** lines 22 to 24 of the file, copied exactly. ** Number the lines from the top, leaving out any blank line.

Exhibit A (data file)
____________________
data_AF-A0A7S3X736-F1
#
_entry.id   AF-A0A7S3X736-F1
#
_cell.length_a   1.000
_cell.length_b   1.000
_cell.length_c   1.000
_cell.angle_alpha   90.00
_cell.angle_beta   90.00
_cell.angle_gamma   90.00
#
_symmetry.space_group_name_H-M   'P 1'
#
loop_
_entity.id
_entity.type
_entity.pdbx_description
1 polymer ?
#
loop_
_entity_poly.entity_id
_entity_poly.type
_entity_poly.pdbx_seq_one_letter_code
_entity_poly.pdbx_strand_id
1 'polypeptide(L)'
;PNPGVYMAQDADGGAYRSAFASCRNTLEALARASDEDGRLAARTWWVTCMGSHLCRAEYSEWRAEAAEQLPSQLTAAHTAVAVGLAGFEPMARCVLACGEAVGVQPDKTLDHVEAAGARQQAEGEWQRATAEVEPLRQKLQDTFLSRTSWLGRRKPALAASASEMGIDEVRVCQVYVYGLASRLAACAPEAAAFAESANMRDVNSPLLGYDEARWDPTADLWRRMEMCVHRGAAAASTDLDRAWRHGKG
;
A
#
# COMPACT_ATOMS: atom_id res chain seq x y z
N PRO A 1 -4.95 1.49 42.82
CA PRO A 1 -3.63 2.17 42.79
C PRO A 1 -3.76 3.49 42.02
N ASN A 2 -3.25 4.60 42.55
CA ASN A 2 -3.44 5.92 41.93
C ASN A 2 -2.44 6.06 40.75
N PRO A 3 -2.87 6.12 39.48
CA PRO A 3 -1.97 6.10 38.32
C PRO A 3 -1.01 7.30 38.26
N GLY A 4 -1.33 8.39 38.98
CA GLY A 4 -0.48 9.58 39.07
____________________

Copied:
_entity_poly.type
_entity_poly.pdbx_seq_one_letter_code
_entity_poly.pdbx_strand_id